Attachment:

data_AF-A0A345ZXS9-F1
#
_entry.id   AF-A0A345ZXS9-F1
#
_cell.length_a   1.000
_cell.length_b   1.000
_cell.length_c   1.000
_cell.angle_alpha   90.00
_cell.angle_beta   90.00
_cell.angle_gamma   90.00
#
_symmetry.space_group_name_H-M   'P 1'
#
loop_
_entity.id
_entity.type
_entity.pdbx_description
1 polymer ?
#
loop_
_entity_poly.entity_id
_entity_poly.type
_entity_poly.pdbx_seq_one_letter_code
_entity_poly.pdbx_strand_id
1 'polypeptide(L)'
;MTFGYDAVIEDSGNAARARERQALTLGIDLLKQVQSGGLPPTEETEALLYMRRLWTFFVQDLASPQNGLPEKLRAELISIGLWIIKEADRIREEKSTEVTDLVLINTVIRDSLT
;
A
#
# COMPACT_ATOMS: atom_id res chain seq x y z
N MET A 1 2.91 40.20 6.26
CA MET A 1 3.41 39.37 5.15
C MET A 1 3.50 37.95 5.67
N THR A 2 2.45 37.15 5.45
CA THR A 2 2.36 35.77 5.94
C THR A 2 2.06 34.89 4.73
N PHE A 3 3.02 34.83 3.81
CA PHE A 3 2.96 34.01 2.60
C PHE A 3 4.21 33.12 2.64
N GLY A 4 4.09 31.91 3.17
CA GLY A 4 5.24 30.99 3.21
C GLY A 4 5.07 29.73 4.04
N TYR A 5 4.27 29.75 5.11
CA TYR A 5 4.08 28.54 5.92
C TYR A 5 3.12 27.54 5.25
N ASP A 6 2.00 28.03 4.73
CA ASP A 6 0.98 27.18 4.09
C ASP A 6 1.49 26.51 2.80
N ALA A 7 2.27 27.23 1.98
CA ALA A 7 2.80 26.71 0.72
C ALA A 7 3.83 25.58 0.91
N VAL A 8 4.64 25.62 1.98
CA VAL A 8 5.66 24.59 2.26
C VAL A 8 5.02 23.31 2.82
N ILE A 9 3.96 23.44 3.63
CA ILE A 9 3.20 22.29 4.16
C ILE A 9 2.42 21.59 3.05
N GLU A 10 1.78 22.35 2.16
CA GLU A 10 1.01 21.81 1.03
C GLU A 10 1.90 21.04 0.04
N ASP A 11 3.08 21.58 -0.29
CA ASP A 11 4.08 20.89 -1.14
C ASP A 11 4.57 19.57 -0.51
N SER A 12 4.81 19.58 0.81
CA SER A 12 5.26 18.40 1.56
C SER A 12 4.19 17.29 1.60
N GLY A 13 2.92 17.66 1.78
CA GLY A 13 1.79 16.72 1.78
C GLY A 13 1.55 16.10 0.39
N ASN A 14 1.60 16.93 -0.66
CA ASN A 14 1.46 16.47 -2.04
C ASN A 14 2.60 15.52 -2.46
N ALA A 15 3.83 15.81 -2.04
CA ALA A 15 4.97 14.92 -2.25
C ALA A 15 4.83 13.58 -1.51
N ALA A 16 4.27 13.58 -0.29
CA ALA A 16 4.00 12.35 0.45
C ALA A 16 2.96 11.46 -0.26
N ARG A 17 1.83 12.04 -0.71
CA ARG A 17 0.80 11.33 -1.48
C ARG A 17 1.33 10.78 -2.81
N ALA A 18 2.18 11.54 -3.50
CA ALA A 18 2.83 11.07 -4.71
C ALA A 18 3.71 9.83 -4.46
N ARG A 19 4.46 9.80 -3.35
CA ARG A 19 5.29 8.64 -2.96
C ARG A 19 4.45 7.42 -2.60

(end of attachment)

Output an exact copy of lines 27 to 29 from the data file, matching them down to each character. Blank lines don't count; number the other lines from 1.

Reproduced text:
;
A
#